William Claude Dukenfield
(January 29, 1880 – December 25, 1946)
The Great Man was born 143 years ago today (though I believe there’s some questions at about that birth year).
As I see it, there’s never been anyone funnier than W.C. Fields.
Arthur Lake was put on this earth to play Dagwood Bumstead from Chip Young’s Blondie comic strip. That’s an absolute fact. And he did it marvelously in 28 features from 1938 to 1950 — and again in a TV series in 1957. And that series is coming to Blu-Ray from ClassicFlix in April, transferred from original 35mm elements of all 26 episodes.
Blondie is played by Pamela Britton, who many of us know from My Favorite Martian. (Penny Singleton played Blondie in the movies.) The show perfectly captures the spirit of the strip, with many episodes directed by Paul Landres. Funny stuff, easy to recommend!
January 25, 1931 – September 1, 2015
Dean Jones was born 92 years ago. For me, he will always he Jim Douglas from the Herbie movies. The Love Bug (1969) is a real favorite around here (proven by a load of Herbie books and toys).
While it’s easy to think of him as just the guy in all the Disney movies, he was also in great stuff like Tea And Symphony (1956), Jailhouse Rock (1957) and Torpedo Run (1958). Oh, and he owned the Herbie with the Porsche motor in it, used for the racing scenes.
Directed by Walter Summers
Starring Béla Lugosi, Hugh Williams, Greta Gynt
ClassicFlix is doing us all a big fat favor, bringing another Bela Lugosi picture — 1939’s Dark Eyes Of London (released in the States in 1940 as The Human Monster) to Blu-Ray.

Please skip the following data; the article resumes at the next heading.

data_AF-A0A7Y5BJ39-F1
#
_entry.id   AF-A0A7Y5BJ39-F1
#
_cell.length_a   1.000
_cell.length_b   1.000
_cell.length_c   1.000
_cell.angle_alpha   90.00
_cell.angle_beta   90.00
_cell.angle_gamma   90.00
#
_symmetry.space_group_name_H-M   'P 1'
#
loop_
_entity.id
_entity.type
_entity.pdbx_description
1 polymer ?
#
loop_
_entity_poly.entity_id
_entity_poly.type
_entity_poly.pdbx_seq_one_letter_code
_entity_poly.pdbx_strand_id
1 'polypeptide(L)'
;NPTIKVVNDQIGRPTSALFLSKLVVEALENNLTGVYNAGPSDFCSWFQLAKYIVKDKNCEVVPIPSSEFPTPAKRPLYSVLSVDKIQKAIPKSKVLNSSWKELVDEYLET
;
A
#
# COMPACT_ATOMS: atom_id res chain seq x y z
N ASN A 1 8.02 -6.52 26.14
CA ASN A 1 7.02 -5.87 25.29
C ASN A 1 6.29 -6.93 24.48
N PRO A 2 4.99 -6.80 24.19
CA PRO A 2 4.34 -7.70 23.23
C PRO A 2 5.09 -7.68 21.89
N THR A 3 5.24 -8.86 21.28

Though distributed in the US by Monogram, this is not one of Lugosi’s infamous “Monogram Nine.” This is a British adaptation of an Edgar Wallace novel. It was the first British film to receive an “H” certificate (for “Horrific”) from the British Board of Censors. Children under 16 weren’t allowed to see it.
Lugosi sailed over on the Queen Mary to do this one, shot in about a week. He has a dual role, as Dr. Feodor Orloff and John Dearborn, in this story of a series of murders traced back to insurance policies with the Dearborn Home For The Blind as the beneficiary.
This is great stuff, and I’m dying to see it in high definition. Coming at the end of February. Highly, highly recommended.
Here are two late-70s pictures from Sir Lew Grade. Shout Factory is bringing the twin-bill Blu-Ray out in just a few days.
Escape To Athena (1979)
Directed by George P. Cosmatos
Starring Roger Moore, Telly Savalas, David Niven, Stefanie Powers, Claudia Cardinale, Richard Roundtree, Sonny Bono, Elliott Gould, Paul Picerni
Escape To Athena has a crazy cast (Sonny Bono?), gorgeous Greek locations, a terrific motorcycle chase and a cameo from William Holden.
Roger Moore made some interesting pictures in-between his Bond films, and this is one of them — though I’m a bigger fan of Shout At The Devil (1976) and The Wild Geese (1978)
March Or Die (1977)
Directed by Dick Richards
Starring Gene Hackman, Terence Hill, Catherine Deneuve, Max von Sydow, Sir Ian Holm
They tried to make Terence Hill a star in the US, and it didn’t work. Me, I much preferred the Trinity films. Anyway, this is a pretty lavish production, but it should be better than it is. Hackman is always good, of course.
I’m so glad films like this are making their way to Blu-Ray. I’m looking forward to seeing Escape To Athena again.
It’s a terrific 13-chapter Universal serial, one of my favorites, with Britt Reid and Kato up against The Chief. Can’t wait to see this thing in high definition! Highly recommended.
Mill Creek has scooped up four Peter Falk movies, all done for Columbia, and made a Blu-Ray set out of ’em. Since I love Peter Falk, I see this as a really good thing, even if the movies aren’t his best.